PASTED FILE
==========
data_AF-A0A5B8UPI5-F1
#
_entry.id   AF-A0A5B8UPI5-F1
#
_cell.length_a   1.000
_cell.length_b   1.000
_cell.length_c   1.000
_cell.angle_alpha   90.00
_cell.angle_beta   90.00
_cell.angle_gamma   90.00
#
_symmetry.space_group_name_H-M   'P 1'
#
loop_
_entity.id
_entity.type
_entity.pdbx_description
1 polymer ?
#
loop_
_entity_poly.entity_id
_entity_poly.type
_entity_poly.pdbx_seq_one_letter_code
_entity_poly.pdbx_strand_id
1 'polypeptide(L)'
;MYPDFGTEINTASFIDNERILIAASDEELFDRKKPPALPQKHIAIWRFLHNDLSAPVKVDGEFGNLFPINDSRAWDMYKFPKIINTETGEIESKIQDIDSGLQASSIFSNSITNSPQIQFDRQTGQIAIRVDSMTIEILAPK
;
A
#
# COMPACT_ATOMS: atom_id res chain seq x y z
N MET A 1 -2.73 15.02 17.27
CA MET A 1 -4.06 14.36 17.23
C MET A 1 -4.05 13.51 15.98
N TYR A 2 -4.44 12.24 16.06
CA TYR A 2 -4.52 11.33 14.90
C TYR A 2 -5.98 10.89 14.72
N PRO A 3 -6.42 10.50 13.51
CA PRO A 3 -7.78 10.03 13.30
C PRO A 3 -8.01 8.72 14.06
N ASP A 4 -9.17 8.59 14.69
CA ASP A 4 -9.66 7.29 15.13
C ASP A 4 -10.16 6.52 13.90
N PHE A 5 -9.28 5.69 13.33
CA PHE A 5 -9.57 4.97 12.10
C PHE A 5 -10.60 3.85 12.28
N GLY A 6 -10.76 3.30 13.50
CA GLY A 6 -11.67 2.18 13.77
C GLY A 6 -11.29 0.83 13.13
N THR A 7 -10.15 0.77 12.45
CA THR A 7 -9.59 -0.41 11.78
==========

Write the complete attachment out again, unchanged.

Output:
data_AF-A0A5B8UPI5-F1
#
_entry.id   AF-A0A5B8UPI5-F1
#
_cell.length_a   1.000
_cell.length_b   1.000
_cell.length_c   1.000
_cell.angle_alpha   90.00
_cell.angle_beta   90.00
_cell.angle_gamma   90.00
#
_symmetry.space_group_name_H-M   'P 1'
#
loop_
_entity.id
_entity.type
_entity.pdbx_description
1 polymer ?
#
loop_
_entity_poly.entity_id
_entity_poly.type
_entity_poly.pdbx_seq_one_letter_code
_entity_poly.pdbx_strand_id
1 'polypeptide(L)'
;MYPDFGTEINTASFIDNERILIAASDEELFDRKKPPALPQKHIAIWRFLHNDLSAPVKVDGEFGNLFPINDSRAWDMYKFPKIINTETGEIESKIQDIDSGLQASSIFSNSITNSPQIQFDRQTGQIAIRVDSMTIEILAPK
;
A
#
# COMPACT_ATOMS: atom_id res chain seq x y z
N MET A 1 -2.73 15.02 17.27
CA MET A 1 -4.06 14.36 17.23
C MET A 1 -4.05 13.51 15.98
N TYR A 2 -4.44 12.24 16.06
CA TYR A 2 -4.52 11.33 14.90
C TYR A 2 -5.98 10.89 14.72
N PRO A 3 -6.42 10.50 13.51
CA PRO A 3 -7.78 10.03 13.30
C PRO A 3 -8.01 8.72 14.06
N ASP A 4 -9.17 8.59 14.69
CA ASP A 4 -9.66 7.29 15.13
C ASP A 4 -10.16 6.52 13.90
N PHE A 5 -9.28 5.69 13.33
CA PHE A 5 -9.57 4.97 12.10
C PHE A 5 -10.60 3.85 12.28
N GLY A 6 -10.76 3.30 13.50
CA GLY A 6 -11.67 2.18 13.77
C GLY A 6 -11.29 0.83 13.13
N THR A 7 -10.15 0.77 12.45
CA THR A 7 -9.59 -0.41 11.78